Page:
Once you’ve selected the Live menu from Sky’s home screen, you’ll be walked through step-by-step what you need to do to start using the camera. The setup tutorial will show you how to position the camera on the TV and also highlights that when the single white LED light on the camera is on, that is your cue that the camera and onboard microphone is available to use. There’s also just a single physical button that Sky calls its Privacy Button placed on top of the camera making it nice and easy to turn the camera on and off.
In essence, you’re getting a 12-megapixel camera that has a 100 degree field of view horizontally and 93 degrees vertically. It can zoom in and out when tracking objects and can operate in low light conditions as well.
In the case of the Sky Live’s workout support, this is powered through the Mvmnt app, which is built in collaboration with the team behind WithU, a fitness app that’s best known for its audio-based workouts. The app features over 130 guided workouts, with the Live camera able to track 33 points of the body to count reps and also monitor form and technique with feedback offered in real time.
I decided I would try as many workouts as I could over a period of a month. There aren't any sort of programming right now and that’s probably something that would be worth adding here. Right now, you can pick from workouts based on categories like strength, cardio, Pilates and yoga. There’s a ‘practice area’ to help you get acquainted with how the setup works, and there are also low-impact workouts specifically designed for small spaces and if you don’t want to make a lot of noise for your neighbours below you.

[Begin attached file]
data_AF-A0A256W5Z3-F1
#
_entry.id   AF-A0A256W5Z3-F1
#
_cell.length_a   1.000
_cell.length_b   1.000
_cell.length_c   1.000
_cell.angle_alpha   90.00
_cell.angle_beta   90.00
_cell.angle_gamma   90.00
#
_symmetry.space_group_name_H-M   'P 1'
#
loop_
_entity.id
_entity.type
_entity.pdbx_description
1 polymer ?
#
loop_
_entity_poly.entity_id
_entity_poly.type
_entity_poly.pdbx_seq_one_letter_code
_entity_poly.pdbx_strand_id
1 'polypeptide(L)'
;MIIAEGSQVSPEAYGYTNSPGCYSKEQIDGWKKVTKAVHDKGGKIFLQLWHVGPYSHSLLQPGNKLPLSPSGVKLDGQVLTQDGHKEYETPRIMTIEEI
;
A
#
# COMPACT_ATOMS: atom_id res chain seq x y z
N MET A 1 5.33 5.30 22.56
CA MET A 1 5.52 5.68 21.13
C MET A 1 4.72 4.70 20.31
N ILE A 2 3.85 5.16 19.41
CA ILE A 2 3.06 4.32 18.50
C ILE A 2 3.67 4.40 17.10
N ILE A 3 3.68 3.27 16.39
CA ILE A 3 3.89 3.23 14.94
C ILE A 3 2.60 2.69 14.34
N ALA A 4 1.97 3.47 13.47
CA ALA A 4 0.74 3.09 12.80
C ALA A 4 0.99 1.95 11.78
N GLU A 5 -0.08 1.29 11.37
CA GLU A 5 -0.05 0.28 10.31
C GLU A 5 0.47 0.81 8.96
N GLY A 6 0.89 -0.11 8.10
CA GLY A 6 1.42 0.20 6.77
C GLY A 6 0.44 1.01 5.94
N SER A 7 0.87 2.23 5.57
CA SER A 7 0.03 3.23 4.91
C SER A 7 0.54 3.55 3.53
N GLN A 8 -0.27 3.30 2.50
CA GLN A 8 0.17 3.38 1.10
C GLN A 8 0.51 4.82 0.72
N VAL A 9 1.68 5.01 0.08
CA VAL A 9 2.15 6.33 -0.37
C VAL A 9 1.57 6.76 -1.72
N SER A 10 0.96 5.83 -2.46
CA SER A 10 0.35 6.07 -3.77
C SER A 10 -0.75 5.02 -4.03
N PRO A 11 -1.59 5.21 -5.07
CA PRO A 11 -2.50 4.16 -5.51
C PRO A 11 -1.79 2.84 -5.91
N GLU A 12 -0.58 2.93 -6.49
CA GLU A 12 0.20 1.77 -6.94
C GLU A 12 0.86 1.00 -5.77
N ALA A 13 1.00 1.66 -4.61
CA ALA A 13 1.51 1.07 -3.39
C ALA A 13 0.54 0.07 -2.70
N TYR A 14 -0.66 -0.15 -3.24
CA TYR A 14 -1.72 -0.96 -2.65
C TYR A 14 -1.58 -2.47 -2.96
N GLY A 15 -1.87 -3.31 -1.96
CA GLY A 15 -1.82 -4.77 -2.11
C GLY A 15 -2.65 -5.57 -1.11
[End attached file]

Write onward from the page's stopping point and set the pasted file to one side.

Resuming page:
The first thing I wanted to know was how well the workouts were designed, and it’s very similar to the approach of most of the home workout apps I’ve tried. You’ll stand in front of a coach, they’ll talk you through the workout, and demonstrate the movements for you to follow along. No reinventing the wheel.
The Mvmnt app also breaks classes into beginner, intermediate and expert difficulty levels, so if you feel more confident and want to push yourself, you have scope to increase the difficulty levels. On screen, depending on the movement, you’ll see a rep counter at the top of the screen and the current exercise with three tips on what to look out for to perform them correctly. Those tips will stay green if you’re doing them right, or change colour if you’re not quite getting things right.
Pre-workout, you’ll need to make sure you have enough space for the camera to capture you and then you’ll get a thumbs up to start working. If you move out of view of the camera or something obstructs the camera, you’ll get a notification. That wasn’t ever an issue during my testing, thankfully.
I tried to do workouts to the best of my ability in terms of technique and form, and at times I deliberately dropped that form to see if the camera would pick that up. So if it told me to drop my hips I lifted them, or if it told me to extend my arms in lifts I dropped them a little. Overall, it did a very good job of detecting in real-time when I wasn’t correctly performing exercises. It’s quite obvious on-screen when you’re not doing them quite right as well.